MILLBURY, OHIO — The birds may have been impressed with the massive fire response when their nest caught on fire in Lake Township last week.
Fire Chief Bruce Moritz was not.
The response of seven fire stations, in addition to his own crew, was the tip of the iceberg in his heated complaints about the dispatching service from the Wood County Sheriff’s Office.
Because of how “auto aid” — mutual aid from nearby fire departments — is handled with the sheriff’s dispatching, the extra help was sent to handle the light pole fire. Moritz said he was able to cancel the calls before the extra firefighters arrived.
“I’m getting auto aid for dumpster fires. I’m getting auto aid for car fires,” Moritz said.
He said the situation is so bad that one neighboring fire chief recently approached him and complained.
“When this happens, with the way our auto aid is set up, I’m getting five to seven fire stations responding,” Moritz said. “That’s a lot of vehicles on the road. That’s a lot of volunteers responding. I feel it’s a wasted resource.”
The situation is also working in reverse in some situations, the chief said.
Last week, when a modular building on the Lake Local School District campus caught fire, no one showed up to assist. The assistant fire chief, after being on the scene for several minutes, had to contact dispatch to radio for help.
Lake’s mutual aid agreements are supposed to be for structure fires only.
Moritz also said that firefighters this weekend encountered a violent patient and had to call dispatch three times before getting a response.
“I’m not mad at the dispatchers. I believe the dispatchers have been put in a very tough situation down there,” he said. “Police today are under the gun and when that officer or firefighter calls for help, he may only have one time. And they should be listening.
“I believe they have bit off more than they can chew.”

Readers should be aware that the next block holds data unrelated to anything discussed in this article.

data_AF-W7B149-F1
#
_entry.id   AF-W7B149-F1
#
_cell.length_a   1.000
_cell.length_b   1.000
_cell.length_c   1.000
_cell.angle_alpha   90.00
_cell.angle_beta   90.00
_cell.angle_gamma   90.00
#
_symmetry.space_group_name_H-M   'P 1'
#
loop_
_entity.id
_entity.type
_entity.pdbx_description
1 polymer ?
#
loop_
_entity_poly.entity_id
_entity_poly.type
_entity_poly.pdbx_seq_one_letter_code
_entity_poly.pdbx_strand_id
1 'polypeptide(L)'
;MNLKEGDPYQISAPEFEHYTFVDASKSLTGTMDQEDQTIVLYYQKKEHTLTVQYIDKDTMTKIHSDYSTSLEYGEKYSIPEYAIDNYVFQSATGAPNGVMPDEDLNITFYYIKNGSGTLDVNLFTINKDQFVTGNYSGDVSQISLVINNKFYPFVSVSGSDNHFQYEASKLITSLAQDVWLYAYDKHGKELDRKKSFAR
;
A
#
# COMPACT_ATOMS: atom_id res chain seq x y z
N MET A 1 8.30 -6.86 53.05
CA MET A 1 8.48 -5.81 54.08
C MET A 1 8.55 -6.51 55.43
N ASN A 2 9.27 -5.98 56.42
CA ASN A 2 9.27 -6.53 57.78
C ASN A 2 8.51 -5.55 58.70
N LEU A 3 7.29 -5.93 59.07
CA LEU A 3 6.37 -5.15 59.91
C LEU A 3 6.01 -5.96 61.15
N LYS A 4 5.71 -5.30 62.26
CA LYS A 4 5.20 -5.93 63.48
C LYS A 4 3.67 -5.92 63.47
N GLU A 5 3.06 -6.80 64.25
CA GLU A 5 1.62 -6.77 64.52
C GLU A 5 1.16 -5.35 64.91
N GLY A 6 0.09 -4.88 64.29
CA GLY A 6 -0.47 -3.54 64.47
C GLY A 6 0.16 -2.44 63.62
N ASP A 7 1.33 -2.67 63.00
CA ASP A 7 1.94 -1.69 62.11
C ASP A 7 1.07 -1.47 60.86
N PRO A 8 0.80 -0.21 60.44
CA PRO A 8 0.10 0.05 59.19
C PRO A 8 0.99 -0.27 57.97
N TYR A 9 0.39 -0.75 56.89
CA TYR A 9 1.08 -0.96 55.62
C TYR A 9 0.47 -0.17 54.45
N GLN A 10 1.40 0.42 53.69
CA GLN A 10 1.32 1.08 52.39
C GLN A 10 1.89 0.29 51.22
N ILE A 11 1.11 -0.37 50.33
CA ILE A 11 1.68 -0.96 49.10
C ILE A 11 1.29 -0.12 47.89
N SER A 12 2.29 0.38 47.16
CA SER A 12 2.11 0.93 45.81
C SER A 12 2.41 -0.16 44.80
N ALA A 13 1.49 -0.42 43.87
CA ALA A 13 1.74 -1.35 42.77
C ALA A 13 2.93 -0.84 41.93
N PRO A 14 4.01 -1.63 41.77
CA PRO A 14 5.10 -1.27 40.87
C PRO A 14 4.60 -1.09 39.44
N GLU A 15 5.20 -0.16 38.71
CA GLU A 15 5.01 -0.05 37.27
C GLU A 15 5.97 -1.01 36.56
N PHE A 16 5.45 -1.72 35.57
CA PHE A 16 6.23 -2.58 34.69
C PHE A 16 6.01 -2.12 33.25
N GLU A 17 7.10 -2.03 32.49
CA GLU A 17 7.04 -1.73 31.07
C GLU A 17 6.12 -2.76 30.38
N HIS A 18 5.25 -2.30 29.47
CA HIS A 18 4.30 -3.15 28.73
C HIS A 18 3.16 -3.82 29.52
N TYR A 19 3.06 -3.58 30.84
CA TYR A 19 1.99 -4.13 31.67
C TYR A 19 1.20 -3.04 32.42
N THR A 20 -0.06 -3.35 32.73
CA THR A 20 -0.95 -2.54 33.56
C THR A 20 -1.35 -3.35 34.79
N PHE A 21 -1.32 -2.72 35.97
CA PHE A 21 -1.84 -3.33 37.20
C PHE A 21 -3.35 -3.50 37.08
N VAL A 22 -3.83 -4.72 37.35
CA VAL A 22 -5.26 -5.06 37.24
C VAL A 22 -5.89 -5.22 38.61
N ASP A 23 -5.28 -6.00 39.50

Moritz said he met with Sheriff Mark Wasylyshyn on Monday for a “spirited back and forth” about solutions.
The sheriff, in a phone interview Tuesday night, said auto aid is a challenge for dispatching for 26 fire departments in the county.
Wasylyshyn said the fire chiefs must agree on how they want the policy: either dispatch mutual aid or not. The dispatchers can’t be asked to do it a different way for each department.
“I want it to work and I want it to work the best it can,” he said. “Certainly our goal is to be the best dispatch center we can be.”
He added that staffing levels are good, with a minimum of four dispatchers on a shift.
“Give credit to dispatchers. They’re very conscientiousness. They want to do the right thing and be good.”
Lake Township Police Chief Mark Hummer also said he wants a solution.
“Believe us, we want this to work. … We want it to be a good dispatch center,” he said. “It’s very hard to communicate with them and have productive dialogue. It’s always ‘it must be on your end’ or ‘we’re training a new guy.’
“We’re not selling grass seed. This is a life and death business.”
Hummer said that people should not view this as a “Mark vs. Mark” battle. Hummer ran against Wasylyshyn for the sheriff job in 2008.
“It’s not. I’m not on a ballot. I’m not going for his job,” Hummer said.
The trustees entered into a four-year contract with the sheriff for dispatching in January 2015. Fiscal Officer Vicki Schwamberger said the township is paying $96,000 annually.
The move came after Walbridge and Rossford exited a dispatching pact that it had with the township. The sheriff’s cost for dispatching for all three entities is approximately $180,000. They had been paying $262,000 to Lifestar for dispatching with Lake Township as the host site.
Trustee Richard Welling said the sheriff would be asked to attend a meeting.
“It seems like it’s a broken system,” he said. “Let’s get it fixed before the community’s here. Because that means we didn’t do our job.”